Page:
Reality star Abbi Noah fed up with fame, back home in Detroit Lakes

It's been almost a year since Abbi Noah was sitting on a couch in front of a national TV audience trying to figure out if she was sitting next to her "Real Chance of Love."...

It's been almost a year since Abbi Noah was sitting on a couch in front of a national TV audience trying to figure out if she was sitting next to her "Real Chance of Love."

Twelve months later, the reality TV star from Detroit Lakes, Minn., is still looking for love.

But unlike other reality TV notables, she isn't searching for the next fix of fame.

The girl who was dubbed "Corn Fed" for the VH1 show "A Real Chance of Love," has forsaken the fame game by moving away from Los Angeles, shelving her dreams of becoming a TV host and reconnecting with her roots.

Rather than join the crowd of ex-reality stars hoofin' it in L.A., Noah has returned to Detroit Lakes and is currently working at her family's Noah Insurance Co.


"It's not the most fun job in the world, but I wanted to go back to a normal life," Noah says while on a break at her job. "For some reality stars, it's hard to go back to a normal life."

Indeed. That's why MTV and VH1 can continue to recycle their pseudo-celebrities on various "new" reality shows.

But while she doesn't close the book on a return to TV, Noah says you won't see her looking for more love via reality show dynamics.

She's still wary from her experience with Ahmad "Real" Givens.

For those who need a recap, Noah's fame came when she outlasted a gaggle of gals to become the love match for Givens, a long-haired singer and wannabe cowboy who paired with his brother Chance to find love on a reality show.

As the series ended with Givens expressing his feelings to Noah, it looked like true love might have been found. Months later, though, on a reunion show he seemed more interested in preserving his celebrity machismo than telling Noah romantic rhymes.

"We haven't talked since our reunion show," Noah says. "I tried to reach out to him a couple times after the reunion show because he said in front of everyone he wanted to try to work it out. But he didn't call back."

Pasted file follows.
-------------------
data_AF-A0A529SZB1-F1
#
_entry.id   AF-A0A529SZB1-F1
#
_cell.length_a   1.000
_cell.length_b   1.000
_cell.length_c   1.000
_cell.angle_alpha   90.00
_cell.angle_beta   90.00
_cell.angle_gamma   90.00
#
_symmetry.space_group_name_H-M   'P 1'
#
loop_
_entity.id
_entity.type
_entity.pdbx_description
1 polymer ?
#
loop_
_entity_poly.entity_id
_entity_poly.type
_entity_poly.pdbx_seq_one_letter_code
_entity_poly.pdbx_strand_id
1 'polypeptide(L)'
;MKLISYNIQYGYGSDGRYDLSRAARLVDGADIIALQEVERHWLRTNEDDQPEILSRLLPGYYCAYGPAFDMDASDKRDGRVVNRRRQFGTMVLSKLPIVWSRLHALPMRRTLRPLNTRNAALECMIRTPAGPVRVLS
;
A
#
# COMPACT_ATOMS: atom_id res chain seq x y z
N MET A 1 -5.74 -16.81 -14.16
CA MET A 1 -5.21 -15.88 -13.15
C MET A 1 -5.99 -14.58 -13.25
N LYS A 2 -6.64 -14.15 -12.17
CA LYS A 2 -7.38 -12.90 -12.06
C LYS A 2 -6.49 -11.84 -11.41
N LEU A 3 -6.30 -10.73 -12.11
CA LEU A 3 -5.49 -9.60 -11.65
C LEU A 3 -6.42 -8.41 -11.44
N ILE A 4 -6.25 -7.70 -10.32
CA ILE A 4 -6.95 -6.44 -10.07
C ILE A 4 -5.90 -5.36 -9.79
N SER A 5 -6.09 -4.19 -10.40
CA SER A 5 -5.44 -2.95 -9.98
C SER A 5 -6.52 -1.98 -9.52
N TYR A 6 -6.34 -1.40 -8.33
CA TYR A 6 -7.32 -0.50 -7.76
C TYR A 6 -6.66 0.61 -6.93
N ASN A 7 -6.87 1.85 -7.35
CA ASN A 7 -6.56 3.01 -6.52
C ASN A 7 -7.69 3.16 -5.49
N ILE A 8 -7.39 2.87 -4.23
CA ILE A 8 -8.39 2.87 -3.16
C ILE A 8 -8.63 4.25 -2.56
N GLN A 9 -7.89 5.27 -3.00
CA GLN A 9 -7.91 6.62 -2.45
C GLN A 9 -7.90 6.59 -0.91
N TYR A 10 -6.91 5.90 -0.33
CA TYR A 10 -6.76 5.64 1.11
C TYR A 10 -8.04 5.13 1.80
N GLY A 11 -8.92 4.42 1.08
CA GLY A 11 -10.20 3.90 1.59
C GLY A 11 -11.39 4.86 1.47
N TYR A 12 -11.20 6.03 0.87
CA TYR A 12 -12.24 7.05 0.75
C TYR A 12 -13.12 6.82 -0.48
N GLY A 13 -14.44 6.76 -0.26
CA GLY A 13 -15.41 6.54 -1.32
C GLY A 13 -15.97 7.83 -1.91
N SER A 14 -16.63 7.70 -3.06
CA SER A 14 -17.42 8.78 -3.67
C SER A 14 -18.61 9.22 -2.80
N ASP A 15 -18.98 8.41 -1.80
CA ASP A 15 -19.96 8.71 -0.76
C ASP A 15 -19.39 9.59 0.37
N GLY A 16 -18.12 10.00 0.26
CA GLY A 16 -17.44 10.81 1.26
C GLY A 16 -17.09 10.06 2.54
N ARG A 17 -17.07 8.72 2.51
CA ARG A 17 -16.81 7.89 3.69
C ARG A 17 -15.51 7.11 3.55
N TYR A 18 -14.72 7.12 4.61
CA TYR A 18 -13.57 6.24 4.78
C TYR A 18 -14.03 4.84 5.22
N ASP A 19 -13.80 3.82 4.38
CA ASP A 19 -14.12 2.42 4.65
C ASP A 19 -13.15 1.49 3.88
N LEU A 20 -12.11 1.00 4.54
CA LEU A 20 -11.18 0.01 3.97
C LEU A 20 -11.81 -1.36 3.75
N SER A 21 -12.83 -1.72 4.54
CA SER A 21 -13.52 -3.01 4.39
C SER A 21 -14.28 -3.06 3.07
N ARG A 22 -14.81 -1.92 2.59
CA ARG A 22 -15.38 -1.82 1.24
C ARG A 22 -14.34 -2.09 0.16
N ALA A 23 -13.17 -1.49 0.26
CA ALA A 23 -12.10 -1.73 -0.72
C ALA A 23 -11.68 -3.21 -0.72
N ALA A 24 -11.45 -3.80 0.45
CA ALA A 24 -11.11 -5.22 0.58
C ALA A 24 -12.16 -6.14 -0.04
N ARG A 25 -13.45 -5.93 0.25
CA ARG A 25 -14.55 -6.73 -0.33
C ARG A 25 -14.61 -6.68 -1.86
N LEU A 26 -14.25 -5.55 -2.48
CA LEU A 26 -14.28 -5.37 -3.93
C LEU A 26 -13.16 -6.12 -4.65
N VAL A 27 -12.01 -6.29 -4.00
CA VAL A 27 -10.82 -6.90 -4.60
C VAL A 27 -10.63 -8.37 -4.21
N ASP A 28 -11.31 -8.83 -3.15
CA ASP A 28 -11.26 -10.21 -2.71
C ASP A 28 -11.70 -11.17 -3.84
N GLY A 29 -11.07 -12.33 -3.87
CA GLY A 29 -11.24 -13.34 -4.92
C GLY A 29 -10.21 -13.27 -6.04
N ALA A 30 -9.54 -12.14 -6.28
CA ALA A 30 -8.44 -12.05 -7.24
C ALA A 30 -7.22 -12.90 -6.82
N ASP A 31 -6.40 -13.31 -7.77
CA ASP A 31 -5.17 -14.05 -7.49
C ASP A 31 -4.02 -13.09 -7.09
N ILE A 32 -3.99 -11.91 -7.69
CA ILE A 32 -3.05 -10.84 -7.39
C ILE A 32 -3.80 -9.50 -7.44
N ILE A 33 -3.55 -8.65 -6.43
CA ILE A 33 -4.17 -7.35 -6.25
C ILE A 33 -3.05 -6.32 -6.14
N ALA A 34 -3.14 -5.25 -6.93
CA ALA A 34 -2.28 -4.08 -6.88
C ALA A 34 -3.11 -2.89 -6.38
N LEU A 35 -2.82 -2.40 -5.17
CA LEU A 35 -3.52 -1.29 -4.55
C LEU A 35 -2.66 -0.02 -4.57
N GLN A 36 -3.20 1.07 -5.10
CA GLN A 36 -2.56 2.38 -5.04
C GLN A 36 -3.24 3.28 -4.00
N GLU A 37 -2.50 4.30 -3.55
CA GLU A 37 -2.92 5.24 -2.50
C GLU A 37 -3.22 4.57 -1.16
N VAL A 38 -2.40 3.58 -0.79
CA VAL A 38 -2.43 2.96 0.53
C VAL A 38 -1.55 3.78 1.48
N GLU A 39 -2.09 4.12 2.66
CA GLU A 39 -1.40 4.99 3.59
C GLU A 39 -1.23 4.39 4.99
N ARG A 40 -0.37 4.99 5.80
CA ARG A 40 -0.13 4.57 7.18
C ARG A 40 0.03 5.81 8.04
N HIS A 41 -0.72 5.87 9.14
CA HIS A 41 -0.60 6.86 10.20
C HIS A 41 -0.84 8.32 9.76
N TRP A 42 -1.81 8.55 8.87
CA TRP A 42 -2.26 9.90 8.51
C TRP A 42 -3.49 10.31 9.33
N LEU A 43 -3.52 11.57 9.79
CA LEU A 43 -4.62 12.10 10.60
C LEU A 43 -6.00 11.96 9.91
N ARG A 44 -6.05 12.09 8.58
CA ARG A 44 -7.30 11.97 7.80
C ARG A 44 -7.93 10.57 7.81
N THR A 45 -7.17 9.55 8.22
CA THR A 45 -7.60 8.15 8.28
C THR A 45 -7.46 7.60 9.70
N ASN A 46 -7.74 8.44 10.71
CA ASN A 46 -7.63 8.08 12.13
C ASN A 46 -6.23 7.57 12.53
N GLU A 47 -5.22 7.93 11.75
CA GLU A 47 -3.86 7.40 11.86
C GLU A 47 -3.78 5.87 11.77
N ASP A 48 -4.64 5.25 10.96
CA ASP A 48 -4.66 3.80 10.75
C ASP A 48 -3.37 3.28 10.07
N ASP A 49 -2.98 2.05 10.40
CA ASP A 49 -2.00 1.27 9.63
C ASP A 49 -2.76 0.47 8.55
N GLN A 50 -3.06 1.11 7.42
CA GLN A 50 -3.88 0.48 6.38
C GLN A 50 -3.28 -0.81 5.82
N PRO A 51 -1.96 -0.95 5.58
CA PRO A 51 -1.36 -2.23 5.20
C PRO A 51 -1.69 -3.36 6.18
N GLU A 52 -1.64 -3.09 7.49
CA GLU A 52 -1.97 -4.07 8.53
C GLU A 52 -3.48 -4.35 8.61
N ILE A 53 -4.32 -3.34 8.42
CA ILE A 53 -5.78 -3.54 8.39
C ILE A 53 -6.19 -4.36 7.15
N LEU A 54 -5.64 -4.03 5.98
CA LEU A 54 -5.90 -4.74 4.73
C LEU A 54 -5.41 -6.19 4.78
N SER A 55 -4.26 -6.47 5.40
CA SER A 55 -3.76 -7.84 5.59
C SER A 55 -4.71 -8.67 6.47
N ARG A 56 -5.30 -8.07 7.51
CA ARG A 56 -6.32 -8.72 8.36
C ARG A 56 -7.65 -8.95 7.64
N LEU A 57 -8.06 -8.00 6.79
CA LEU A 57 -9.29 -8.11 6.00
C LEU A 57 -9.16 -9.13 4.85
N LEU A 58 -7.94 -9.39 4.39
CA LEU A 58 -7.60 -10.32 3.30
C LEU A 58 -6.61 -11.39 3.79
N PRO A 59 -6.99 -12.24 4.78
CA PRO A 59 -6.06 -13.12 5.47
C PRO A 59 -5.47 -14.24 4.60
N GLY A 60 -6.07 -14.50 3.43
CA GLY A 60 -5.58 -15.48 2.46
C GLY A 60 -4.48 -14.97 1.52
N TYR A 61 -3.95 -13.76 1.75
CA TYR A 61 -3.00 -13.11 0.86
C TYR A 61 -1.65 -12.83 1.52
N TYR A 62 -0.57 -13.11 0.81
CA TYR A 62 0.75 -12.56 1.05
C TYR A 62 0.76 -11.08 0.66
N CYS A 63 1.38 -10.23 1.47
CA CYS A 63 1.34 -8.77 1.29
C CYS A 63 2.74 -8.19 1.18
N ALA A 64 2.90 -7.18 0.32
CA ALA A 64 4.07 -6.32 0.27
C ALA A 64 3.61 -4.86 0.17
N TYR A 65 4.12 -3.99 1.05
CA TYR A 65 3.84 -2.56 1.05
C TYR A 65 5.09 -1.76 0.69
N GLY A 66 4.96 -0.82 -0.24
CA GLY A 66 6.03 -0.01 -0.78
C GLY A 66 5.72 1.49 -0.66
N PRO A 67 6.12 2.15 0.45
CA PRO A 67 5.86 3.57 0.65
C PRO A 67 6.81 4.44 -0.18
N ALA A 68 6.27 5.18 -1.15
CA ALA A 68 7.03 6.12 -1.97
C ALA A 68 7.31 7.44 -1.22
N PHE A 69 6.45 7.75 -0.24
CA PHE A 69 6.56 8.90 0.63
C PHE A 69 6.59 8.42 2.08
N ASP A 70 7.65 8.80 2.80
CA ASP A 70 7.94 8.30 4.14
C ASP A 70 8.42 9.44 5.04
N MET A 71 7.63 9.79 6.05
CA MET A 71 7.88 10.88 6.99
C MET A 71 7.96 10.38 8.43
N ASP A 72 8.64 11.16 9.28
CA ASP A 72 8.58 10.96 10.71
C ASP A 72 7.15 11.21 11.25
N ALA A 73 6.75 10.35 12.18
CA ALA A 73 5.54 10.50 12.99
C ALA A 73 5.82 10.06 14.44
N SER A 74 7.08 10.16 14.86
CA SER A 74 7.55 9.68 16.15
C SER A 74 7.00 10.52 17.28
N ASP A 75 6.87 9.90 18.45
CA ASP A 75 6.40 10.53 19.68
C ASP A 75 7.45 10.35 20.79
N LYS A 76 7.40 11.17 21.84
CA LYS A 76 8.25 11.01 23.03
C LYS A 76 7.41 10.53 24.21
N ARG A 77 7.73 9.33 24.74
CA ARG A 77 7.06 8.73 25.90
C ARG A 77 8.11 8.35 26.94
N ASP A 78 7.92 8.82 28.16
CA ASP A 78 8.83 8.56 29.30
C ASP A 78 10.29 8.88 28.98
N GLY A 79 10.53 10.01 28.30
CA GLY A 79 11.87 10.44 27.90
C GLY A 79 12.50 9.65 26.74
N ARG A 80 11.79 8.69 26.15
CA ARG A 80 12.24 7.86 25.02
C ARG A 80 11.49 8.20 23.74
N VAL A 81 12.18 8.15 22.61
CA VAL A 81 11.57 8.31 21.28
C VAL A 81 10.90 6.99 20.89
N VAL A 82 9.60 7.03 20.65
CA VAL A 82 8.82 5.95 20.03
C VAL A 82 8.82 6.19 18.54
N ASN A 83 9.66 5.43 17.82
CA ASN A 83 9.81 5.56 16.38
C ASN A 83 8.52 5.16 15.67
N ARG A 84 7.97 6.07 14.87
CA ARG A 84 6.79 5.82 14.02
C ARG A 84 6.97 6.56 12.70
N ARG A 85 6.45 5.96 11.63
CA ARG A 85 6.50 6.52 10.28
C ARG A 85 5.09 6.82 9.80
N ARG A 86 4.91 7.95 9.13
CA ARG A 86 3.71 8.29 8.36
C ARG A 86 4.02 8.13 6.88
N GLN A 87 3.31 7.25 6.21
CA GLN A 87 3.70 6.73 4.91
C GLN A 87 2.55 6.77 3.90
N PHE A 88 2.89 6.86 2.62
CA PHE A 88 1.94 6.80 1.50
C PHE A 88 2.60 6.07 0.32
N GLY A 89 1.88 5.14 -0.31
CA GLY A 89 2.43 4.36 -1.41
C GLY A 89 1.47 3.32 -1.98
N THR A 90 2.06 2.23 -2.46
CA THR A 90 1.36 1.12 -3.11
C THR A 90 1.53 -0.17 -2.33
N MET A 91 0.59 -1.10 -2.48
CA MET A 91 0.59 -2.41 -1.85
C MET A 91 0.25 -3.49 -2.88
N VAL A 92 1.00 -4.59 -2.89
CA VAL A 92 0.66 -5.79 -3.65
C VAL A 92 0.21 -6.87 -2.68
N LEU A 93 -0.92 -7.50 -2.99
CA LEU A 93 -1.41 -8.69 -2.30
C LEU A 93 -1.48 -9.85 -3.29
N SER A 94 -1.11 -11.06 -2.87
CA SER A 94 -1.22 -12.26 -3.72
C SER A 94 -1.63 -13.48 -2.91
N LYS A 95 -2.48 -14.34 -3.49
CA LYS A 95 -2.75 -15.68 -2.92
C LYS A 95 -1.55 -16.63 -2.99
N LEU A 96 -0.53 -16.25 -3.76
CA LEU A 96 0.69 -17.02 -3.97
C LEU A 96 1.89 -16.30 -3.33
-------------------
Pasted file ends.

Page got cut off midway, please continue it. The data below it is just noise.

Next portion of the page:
Her voice doesn't crack when remembering this past. But her tone is altered enough to suggest she had true feelings for the man.


The tone continues as she explains that the supposed lovers were broken up before "Real Chance of Love" began airing in October 2008.

Part of the break-up was disinterest from Givens. Part of it was mistrust from Noah, who says she had to find out Givens proposed to a different reality star - before they met - from someone other than him.

Even more bruising was watching her reality show debut knowing its hope for love had already been extinguished.

"I had to watch it. It was heartbreaking," she says. "I would text him and tell him I missed him. He did the same. But I couldn't trust him."

Even without the commitment of her beau, Noah moved from Fargo to Los Angeles to find out if she could turn her sudden exposure into a career as a TV host. To pay bills, she made celebrity appearances at clubs and hoped of becoming a TV host. But after a while, hanging with friends who were chasing fame became tiresome. She wanted to go home. So last September she returned to Detroit Lakes.

"I came out here to be normal again," Noah says. "I don't think the fame and fortune thing was for me."

Yet, if there's a constant thread from her reality TV lifestyle to now, it's that Noah's still looking for love.

She hasn't dated anyone since Givens.


"I would love to find somebody and get married and settle down and just be a mother," Noah says.

But, "It's hard for me to date anybody. ... Guys don't really take me seriously as a normal person, they think I'm a reality star.

"A lot of guys will show interest in me because I was Corn Fed. I want guys to be interested in Abbi."

She doesn't sound desperate or remorseful when talking about her situation. Rather, Noah comes off as a woman content about her decisions and confident in her future.

But she's still hopeful about love.

"I am looking for Mr. Right," she says. "And I know Mr. Right is looking for me."

Readers can reach Forum Features Editor Robert Morast at (701) 241-5518 or

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